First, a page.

UK announces permanent skilled immigration cap: Tier 1 for the select few and an overall reduction in immigration
23 November 2010
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The UK Government has announced a permanent cap of 21,700 on skilled immigration to take effect in April of 2011. Moreover, Tier 1 will be restricted to entrepreneurs, investors and 'exceptionally talented' individuals and Tier 2 will be restricted to graduate level occupations.
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The new 'exceptionally talented' route will be limited to 1,000 applicants a year with the rest of the annual cap being allocated to Tier 2 visas. Currently, the cap on Tier 1 (General) applicants is set at 13,000.
There will be no limit on the number of entrepreneurs and investors that can come to the UK. Tier 2 Intra-company transfer visas will also be outside the cap: If you are staying in the UK for longer than 12 months you will need to be earning £40,000 a year or more to qualify: In addition, Tier 2 intra-company transfer visas will be restricted to five years; It will not in future lead to indefinite leave to remain.
In 2009, 50,000 visas were issued to non-EU citizens under Tier 1 (General) for highly skilled workers and Tier 2 for skilled workers with a job offer . Almost half of those came under the intra-company transfer route.
The large reduction in Tier 1 (General) visas follows Home Secretary Theresa May remarks that many Tier 1 visa holders are working in low-skilled jobs.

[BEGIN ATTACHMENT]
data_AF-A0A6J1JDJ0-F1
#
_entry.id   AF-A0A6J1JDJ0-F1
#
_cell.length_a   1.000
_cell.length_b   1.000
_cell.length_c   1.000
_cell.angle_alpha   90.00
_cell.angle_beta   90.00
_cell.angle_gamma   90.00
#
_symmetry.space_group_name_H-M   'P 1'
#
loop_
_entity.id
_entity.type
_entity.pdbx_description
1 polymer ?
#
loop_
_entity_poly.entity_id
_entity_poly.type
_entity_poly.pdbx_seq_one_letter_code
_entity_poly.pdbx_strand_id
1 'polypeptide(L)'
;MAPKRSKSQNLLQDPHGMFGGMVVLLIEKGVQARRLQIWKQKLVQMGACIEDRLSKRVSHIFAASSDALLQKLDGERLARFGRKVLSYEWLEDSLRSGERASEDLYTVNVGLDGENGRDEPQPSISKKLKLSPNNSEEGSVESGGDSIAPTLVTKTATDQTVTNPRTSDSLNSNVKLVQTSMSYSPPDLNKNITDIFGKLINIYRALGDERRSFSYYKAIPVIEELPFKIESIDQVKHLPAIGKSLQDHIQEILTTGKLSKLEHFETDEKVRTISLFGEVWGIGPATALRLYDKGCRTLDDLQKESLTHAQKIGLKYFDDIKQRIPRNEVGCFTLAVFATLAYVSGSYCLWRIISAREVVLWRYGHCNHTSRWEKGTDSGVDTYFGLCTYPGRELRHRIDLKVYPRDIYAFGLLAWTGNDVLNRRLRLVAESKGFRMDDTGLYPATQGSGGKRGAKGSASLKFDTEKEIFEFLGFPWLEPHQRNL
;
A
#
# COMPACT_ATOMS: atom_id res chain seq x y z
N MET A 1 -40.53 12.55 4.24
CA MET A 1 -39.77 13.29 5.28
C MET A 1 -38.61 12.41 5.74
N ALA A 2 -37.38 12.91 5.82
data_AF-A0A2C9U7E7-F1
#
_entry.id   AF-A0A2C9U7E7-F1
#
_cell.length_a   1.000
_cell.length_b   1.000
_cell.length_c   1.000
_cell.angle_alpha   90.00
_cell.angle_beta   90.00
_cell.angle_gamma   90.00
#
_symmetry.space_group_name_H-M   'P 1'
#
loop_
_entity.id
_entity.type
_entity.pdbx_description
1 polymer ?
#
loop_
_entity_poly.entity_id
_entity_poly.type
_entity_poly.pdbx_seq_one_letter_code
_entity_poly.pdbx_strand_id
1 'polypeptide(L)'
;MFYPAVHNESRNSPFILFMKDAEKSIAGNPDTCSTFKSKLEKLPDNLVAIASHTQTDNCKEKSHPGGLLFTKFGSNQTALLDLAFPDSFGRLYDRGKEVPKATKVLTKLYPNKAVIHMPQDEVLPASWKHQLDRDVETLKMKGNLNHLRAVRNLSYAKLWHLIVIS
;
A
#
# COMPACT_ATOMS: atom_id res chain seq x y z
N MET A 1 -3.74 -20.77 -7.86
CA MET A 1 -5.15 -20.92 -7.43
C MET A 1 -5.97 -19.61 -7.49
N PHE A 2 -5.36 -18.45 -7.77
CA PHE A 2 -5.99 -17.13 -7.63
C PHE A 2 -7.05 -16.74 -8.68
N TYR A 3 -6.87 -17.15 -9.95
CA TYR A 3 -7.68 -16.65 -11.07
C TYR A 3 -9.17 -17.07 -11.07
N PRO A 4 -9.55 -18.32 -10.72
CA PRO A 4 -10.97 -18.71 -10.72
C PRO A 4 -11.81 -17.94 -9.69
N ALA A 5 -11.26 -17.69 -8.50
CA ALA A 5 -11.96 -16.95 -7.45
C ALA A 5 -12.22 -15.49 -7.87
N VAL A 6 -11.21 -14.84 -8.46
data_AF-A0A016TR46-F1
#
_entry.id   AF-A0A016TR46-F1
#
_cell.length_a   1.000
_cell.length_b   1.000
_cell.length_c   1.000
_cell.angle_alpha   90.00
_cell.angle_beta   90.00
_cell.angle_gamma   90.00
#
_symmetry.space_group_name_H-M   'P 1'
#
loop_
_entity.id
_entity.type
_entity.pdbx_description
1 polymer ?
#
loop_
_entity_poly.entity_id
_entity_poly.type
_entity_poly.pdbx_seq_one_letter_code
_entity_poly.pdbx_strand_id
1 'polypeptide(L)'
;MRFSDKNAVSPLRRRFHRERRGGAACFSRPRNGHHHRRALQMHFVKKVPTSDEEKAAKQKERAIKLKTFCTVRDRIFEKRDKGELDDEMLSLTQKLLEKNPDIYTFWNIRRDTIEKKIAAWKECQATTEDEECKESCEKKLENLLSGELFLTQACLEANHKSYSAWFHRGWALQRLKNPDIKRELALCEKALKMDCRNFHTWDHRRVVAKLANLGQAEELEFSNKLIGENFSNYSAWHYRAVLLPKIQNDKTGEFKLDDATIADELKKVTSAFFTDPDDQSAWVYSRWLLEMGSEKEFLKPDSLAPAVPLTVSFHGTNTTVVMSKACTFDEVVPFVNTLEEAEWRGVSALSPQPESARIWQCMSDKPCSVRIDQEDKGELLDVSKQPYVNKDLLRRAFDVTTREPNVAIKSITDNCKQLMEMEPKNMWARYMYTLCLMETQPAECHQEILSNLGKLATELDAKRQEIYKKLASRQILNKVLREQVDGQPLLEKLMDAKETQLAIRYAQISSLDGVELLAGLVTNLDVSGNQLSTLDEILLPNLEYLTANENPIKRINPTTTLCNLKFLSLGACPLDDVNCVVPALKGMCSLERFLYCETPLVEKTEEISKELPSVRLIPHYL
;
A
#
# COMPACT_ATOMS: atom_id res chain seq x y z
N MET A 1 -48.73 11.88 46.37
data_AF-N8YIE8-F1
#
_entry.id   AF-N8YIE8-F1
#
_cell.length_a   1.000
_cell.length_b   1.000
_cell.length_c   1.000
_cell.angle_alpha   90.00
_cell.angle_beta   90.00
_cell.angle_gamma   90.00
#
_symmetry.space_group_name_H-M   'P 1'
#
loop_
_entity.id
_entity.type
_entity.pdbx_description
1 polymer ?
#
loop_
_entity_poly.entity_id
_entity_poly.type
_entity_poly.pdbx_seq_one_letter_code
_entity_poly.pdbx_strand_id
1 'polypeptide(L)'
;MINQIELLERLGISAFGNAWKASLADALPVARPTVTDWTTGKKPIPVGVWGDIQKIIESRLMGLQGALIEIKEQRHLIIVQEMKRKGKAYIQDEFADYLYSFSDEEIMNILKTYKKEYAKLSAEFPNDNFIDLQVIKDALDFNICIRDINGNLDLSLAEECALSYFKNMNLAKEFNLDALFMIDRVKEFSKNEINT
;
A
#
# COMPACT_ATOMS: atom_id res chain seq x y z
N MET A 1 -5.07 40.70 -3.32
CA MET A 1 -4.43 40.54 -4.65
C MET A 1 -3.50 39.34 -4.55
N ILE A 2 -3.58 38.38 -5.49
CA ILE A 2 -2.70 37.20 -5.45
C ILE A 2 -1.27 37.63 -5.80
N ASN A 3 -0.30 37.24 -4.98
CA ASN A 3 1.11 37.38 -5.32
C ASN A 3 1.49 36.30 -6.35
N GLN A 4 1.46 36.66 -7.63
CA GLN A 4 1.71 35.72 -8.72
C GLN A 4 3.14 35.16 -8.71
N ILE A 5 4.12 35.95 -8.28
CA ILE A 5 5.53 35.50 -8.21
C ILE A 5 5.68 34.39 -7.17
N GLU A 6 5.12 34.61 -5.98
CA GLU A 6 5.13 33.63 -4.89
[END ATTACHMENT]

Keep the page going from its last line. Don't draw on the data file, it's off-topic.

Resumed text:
"At least 30 percent of Tier 1 migrants work in low-skilled occupations such as stacking shelves, driving taxis or working as security guards and some don't have a job at all," May said.
The Government decision is especially surprising considering recent advice they received from the Migration Advisory Committee (MAC), a government commission set up to study immigration levels into the UK. A cap of approximately 44,000 was recommended by the MAC.
The immigration cap announcement comes after tense negotiations between Tories and Lib Dems. Tory leader David Cameron campaigned on reducing immigrationlevels; Lib Dems are more liberal and do not want an immigration cap at all.
Business secretary Vince Cable has openly criticised the immigration cap.
"It's no great secret that in my department and me personally, we want to see an open economy, and as liberal an immigration policy as it's possible to have," Cable said while on a trip to India.
Home affairs select committee chairman Keith Vaz said that the cap on skilled migration will not work.
"There are going to be so many exemptions, from the education sector to elite scientists to football players to business, that there are going to be so many holes... that it actually won't be a cap at all," said Mr Vaz.
The UK Government seems to be convinced that they must reduce overall immigration including skilled immigration. If you qualify now for a Tier 1 visa or Tier 2 visa it may be worth applying now for your visa. This is especially true if you wish to apply for a Tier 1 (General) visa as a highly skilled worker; Very few people will meet the requirements for a Tier 1 (General) Visa after March 2011.